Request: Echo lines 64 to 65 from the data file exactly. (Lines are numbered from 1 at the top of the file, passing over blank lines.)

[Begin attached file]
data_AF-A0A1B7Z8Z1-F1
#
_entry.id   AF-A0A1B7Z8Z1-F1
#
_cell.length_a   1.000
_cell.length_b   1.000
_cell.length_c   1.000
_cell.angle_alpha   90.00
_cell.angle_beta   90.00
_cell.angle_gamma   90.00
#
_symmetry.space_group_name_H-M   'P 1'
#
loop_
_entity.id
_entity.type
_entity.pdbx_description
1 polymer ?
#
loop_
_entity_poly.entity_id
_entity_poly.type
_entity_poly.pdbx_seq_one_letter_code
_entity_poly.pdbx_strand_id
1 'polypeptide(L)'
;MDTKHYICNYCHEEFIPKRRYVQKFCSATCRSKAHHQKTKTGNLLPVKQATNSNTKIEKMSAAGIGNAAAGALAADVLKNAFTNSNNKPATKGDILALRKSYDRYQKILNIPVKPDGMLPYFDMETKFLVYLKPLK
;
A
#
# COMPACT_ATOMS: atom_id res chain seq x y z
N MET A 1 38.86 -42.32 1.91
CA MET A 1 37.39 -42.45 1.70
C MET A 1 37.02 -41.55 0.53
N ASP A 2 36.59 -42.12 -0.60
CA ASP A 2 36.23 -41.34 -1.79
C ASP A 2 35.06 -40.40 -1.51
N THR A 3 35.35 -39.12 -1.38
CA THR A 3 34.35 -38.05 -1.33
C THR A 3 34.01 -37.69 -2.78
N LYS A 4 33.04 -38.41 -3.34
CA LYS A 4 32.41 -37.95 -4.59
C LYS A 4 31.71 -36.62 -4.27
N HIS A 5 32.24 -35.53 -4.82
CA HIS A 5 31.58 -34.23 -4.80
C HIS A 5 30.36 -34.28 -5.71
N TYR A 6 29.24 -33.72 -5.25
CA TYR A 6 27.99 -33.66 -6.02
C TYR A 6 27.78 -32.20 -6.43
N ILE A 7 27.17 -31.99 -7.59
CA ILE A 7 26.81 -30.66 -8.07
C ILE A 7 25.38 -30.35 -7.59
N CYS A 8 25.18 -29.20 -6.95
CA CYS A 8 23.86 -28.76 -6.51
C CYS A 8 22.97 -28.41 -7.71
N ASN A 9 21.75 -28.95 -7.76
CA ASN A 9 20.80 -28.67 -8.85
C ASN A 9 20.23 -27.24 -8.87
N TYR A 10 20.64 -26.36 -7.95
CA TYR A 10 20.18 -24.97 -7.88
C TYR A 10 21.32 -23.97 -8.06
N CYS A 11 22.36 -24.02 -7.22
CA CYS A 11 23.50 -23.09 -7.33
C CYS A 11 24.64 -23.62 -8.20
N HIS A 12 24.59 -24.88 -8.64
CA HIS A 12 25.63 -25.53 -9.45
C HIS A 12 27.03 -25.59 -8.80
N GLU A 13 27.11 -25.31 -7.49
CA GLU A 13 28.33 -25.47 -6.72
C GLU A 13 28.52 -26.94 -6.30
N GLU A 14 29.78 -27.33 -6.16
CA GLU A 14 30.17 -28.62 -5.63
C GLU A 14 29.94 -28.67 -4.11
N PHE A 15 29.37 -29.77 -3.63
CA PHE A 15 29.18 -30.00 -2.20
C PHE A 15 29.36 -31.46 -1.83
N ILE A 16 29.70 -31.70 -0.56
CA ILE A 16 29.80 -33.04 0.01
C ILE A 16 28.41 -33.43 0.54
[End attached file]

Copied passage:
N HIS A 12 24.59 -24.88 -8.64
CA HIS A 12 25.63 -25.53 -9.45